Got that out of the way – There – let me backtrack a little……
I started in GIS back in 1992. Maybe it was 1993. Several things started happening about the time I sat down in front of the GIS workstation to start a career:
- I figured out I should have paid attention in typing class back in 1987.
- I sort of liked this whole maps and polygons and data thing
- I also figured out that I could write very small programs to handle repetitive tasks both in the Operating System and ArcINFO.
- I also should have taken more than 1 computer class.
Now – flash forward to 2017 (I’ll use the year for posterity) and I’ve had the following conversation with three people (probably more). I’ll paraphrase:
- Person1: “Yeah I’m new to GIS – I’m going to learn python so I can do GIS”
- Person2: “I’m using ArcGIS – my new goal to to learn python to do more GIS”.
- Person3: “I’m learning python as fast as I can so I can understand GIS”.
Probably the longest conversation I had out of the 3 conversations paraphrased:
- Me: Do you know how much I’ve used Python this month?
- Person: No – a lot?
- Me: None.
- Person: OMG WHAT?!?!
None of that fixes the current issue where a client has done something to a lot of data. I need to fix it. I’m not sure what I’m going to do to fix it. I have Geometry and Attribute issues. I can almost guarantee whatever I do probably won’t be in python. I’m probably going to spend a few hours talking to the client and asking “Why/What/How did we get to this point?”
Why am I having these conversations with people on programming? I remember back when ESRI started including python (ArcPy) in ArcGIS. I was pumped. I imagined this was going to be a lot like AML and things were going to be productive again. Back in the time of Avenue and AML, writing a small menu or anything to save clicks was like a caveman discovering fire. Python in ArcGIS didn’t lead to me writing a ton of scripts. I actually started leveraging more tools in ArcGIS to fix data (like model builder). Python provided that last little scratch for an itch though and it was useful. Most of my GIS Programming friends moved into different jobs and probably better pay. I remember day dreaming maybe that was my way out “Get better at programming and ascend to a better life in GIS”. Never happened for me – I’m not a programmer. I guess it’s still a thing in the GIS realm – “Programming gets you a better job in GIS”. At some point it’s turned into “Python Programming is GIS”.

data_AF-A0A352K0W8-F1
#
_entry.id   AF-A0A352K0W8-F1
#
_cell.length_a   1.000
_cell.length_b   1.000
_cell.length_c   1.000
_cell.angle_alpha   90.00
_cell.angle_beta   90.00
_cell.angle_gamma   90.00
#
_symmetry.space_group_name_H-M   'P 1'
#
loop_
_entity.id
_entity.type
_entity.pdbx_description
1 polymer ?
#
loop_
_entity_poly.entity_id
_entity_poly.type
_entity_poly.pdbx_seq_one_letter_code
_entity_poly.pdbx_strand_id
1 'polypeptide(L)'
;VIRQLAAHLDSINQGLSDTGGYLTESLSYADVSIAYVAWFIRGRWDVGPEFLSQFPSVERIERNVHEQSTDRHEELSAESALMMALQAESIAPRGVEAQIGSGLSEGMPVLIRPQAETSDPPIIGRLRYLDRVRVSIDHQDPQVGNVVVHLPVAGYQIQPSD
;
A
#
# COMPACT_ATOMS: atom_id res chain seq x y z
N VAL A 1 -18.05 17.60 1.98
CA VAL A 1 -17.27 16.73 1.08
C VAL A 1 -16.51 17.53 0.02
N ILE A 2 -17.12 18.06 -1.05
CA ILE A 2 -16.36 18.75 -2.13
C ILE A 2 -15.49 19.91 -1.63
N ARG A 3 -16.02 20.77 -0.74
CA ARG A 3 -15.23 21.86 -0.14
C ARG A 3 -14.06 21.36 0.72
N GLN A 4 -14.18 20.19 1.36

If I flash back through my GIS career – oh the languages I have seen and been used by: AML, Avenue, VB, VBA, Perl (why that? long story), VB.Net, Python, and I’m waiting for the next thing. I’ve learned a lot of stuff and the only thing that has stuck longer than the rest is python. Two things have been a constant in this career since day 1: data and people. Both can be problems and both make the GIS tick along. It never changes by much. Some of the same conversations I had 20 years ago I still have on data with people: “What do you need to do and what do we need to collect to make that happen?”
So for those of you starting out in GIS:
- Learn about projections
- Learn about databases
- Learn about data
- Learn about the web
- Learn about your software of choice be it ArcGIS or QGIS
- Learn about LIDAR/GPS/Imagery
- Somewhere in that mix of things – experience a programming language. Play with 2 of them. Maybe 3. Find one you enjoy and stick with it. You may end up making a career out of it.
Just don’t learn python thinking that is how you learn GIS. It helps – but not much.
GIS is a big world. Programming is one part of the GIS machine.